What Time is It?

You’ve probably seen a sundial before. A sundial shows the time by displaying the position of the Sun’s shadow on a flat surface, providing of course that there is enough sun to cast a shadow.

But if you live in Seattle, you might not want to depend on a sundial. According to the following weather data web page, Seattle ranks at the very top of large metropolitan cities for the number of cloudy days per year.  We average 226 days of heavy clouds, followed by Portland, Oregon, which averages 222.  (https://www.currentresults.com/Weather-Extremes/US/cloudiest-cities.php)

With a sundial, even in the dry, sunny  parts of a state, there is still a problem with seasons because a sundial divides daylight into roughly equal periods.  For example, Washington experiences daylight for almost 16 hours on the longest day of the year and less than eight and a half on the shortest.  (This is true if measured by a modern clock.)  By sundial, every day has 12 hours.  With six months of summer daylight in northern Alaska, you’d end up with hours that are two weeks long!

And finally, sundial users face an insurmountable problem no matter where on earth they place their apparatus. A sundial depends on daylight; it doesn’t work at night. This could be a serious problem if you were running a bar that needed stop serving spirits by 2 am. How many times would the police accept the excuse that your clock just wasn’t working?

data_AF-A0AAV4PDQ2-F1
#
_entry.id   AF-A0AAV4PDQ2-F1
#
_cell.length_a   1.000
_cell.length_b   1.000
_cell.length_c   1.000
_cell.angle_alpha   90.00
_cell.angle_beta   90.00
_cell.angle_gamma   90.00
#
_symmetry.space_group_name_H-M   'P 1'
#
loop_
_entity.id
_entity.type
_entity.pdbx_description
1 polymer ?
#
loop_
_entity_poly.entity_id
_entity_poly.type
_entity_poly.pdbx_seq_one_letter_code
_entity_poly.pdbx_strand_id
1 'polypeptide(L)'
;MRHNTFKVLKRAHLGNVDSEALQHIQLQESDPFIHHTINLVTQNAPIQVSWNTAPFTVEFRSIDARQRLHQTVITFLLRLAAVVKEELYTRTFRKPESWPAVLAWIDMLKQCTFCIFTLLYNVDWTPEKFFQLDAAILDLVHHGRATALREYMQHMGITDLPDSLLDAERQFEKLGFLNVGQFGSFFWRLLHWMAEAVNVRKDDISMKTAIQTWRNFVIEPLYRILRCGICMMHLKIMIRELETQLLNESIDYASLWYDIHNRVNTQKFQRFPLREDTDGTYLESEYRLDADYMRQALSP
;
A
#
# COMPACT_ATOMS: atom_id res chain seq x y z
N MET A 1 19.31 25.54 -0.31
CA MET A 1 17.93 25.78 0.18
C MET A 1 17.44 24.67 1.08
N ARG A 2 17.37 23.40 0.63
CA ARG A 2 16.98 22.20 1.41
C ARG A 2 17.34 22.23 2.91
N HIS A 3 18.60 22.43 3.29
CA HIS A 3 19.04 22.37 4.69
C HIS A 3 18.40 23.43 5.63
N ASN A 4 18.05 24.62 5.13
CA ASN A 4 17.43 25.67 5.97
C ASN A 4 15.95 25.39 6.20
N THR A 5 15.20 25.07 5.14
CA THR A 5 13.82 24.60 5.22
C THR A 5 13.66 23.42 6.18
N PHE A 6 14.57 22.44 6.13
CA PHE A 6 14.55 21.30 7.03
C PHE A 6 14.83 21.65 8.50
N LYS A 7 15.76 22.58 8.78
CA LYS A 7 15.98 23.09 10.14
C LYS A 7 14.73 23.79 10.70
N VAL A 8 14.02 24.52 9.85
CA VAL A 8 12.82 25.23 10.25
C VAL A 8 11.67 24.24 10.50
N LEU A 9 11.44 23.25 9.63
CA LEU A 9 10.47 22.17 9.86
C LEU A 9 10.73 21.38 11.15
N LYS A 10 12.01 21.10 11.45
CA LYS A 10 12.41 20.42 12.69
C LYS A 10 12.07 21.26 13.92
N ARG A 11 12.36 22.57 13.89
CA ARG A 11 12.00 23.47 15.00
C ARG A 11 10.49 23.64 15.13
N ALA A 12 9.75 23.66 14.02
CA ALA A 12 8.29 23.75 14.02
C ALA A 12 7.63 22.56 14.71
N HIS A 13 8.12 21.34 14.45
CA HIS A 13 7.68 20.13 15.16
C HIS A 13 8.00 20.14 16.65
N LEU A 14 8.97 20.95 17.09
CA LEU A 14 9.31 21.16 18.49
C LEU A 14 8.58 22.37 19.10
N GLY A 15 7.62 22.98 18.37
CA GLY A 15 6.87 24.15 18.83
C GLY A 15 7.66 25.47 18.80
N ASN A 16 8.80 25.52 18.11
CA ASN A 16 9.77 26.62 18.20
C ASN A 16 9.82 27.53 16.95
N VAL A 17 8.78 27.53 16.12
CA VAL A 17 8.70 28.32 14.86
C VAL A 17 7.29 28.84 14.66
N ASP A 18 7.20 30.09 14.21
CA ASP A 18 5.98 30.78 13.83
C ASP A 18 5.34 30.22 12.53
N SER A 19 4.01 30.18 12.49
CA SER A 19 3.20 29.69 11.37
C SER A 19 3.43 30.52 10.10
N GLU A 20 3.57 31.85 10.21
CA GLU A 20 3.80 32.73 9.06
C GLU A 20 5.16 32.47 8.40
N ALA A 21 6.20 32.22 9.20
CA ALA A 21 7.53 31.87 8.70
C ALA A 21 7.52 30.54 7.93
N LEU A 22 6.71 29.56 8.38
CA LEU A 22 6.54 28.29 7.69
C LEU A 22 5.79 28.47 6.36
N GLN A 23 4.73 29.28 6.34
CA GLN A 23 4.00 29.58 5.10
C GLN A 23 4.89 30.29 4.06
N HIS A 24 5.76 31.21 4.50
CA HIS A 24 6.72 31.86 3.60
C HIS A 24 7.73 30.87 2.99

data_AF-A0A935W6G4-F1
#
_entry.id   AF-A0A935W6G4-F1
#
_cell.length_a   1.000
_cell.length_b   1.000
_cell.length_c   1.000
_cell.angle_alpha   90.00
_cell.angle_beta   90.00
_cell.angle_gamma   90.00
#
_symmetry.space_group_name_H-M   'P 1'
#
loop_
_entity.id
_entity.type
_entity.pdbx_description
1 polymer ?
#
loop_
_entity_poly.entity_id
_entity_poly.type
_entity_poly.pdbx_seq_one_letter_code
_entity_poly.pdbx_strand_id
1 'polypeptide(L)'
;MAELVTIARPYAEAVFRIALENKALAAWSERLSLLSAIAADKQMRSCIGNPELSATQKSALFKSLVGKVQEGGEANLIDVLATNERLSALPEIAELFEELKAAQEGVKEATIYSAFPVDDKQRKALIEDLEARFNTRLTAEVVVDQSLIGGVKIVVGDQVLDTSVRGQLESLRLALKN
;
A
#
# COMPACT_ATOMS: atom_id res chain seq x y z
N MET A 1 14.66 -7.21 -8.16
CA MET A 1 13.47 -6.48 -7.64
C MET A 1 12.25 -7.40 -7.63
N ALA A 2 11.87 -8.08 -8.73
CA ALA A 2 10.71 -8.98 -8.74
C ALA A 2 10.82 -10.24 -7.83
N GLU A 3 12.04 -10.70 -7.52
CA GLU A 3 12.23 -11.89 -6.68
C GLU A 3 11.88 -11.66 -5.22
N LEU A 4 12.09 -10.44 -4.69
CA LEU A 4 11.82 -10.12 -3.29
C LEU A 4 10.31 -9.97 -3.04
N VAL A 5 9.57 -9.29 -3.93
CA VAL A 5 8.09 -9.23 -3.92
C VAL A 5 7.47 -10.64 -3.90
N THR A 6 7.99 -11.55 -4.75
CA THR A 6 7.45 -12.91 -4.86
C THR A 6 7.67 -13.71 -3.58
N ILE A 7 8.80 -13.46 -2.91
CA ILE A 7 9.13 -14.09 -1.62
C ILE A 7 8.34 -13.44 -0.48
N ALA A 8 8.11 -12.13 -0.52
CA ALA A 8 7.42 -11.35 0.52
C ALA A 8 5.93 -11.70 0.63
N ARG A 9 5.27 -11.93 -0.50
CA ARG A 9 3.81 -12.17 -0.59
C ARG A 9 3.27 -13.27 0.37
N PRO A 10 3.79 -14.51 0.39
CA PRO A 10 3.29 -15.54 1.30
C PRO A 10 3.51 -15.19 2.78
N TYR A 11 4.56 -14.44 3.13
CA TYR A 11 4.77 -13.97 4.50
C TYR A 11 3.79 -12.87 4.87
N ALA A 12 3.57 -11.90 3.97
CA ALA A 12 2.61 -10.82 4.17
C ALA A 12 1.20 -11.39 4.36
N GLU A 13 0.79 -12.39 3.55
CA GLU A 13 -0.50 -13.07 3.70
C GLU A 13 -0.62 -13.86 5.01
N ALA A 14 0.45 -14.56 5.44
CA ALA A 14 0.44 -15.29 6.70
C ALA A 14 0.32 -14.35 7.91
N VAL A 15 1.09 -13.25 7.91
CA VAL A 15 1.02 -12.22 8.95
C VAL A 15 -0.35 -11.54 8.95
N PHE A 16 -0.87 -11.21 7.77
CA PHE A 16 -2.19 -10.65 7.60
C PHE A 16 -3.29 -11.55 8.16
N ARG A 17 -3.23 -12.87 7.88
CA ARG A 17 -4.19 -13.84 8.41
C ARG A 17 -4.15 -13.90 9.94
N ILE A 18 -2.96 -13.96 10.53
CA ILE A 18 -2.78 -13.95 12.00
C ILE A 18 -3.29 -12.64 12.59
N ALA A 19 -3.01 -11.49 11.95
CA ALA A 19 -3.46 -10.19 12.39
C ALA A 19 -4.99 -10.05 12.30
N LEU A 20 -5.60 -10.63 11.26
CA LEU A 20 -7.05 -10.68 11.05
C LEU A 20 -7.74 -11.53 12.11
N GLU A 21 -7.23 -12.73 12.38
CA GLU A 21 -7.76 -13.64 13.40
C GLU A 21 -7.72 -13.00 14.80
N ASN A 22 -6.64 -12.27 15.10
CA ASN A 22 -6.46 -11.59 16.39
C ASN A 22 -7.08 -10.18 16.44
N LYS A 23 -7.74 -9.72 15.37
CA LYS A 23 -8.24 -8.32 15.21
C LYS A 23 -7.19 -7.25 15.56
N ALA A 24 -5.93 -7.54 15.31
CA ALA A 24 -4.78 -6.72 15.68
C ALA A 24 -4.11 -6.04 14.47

Enter the water clock—a huge advancement in timekeeping technology.  The most basic concept behind the water clock is that you can tell how much time has passed by how much water has drained out of a basin with a hole in the bottom. Every morning the village timekeeper fills the basin and the water leaks out into a basin below with lines on it to correspond to how much time has elapsed.

With the new water clock, parents could now say, “Junior, I want you back in this hut not one drop past 3 gallons. Or you will lose your bullock cart driving privileges for a week.”

Pretty cool, huh?

The water clock works rain or shine, day or night, so it’s a big improvement on the sundial.  But it still has its failings when it comes to seasons.  Most of the time it would work just fine in the state of Washington; but in Alaska a new problem arises. In cold weather, water can freeze.

So in the cold, dark, Alaskan winter, time could literally stand still.  And Junior might not return to the hut until next summer.

https://en.wikipedia.org/wiki/Sundial

https://en.wikipedia.org/wiki/Water_clock

 

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